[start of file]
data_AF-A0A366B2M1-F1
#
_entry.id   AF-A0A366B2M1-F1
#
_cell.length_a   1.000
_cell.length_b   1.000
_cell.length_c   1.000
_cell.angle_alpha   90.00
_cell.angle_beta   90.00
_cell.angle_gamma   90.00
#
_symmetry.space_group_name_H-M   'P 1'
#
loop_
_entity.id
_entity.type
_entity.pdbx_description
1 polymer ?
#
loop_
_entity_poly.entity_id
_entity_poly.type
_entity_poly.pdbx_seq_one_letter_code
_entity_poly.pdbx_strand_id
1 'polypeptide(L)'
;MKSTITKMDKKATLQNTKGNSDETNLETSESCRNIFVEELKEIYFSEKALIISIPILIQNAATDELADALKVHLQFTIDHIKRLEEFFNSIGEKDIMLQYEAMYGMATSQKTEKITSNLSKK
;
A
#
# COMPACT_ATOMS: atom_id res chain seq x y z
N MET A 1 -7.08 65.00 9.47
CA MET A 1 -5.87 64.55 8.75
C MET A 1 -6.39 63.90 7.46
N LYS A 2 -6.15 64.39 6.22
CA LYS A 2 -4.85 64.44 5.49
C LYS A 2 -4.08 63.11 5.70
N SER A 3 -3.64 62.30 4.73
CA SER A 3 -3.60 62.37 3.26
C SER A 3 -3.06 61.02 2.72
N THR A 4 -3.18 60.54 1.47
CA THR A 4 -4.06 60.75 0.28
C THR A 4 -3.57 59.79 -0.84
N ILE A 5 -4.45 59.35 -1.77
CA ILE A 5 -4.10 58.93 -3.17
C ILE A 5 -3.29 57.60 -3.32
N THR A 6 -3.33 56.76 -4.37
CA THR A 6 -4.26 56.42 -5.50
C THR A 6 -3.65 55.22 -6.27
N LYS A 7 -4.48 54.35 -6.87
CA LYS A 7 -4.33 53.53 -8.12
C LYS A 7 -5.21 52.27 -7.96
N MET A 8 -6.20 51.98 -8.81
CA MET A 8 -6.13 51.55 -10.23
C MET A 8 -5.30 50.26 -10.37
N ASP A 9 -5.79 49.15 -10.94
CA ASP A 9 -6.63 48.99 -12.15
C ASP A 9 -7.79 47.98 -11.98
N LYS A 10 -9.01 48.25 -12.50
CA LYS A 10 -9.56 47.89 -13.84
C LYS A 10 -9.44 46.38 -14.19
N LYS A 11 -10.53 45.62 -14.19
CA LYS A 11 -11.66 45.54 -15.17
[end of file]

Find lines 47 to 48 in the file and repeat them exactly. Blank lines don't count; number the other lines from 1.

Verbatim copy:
CA THR A 6 -4.26 56.42 -5.50
C THR A 6 -3.65 55.22 -6.27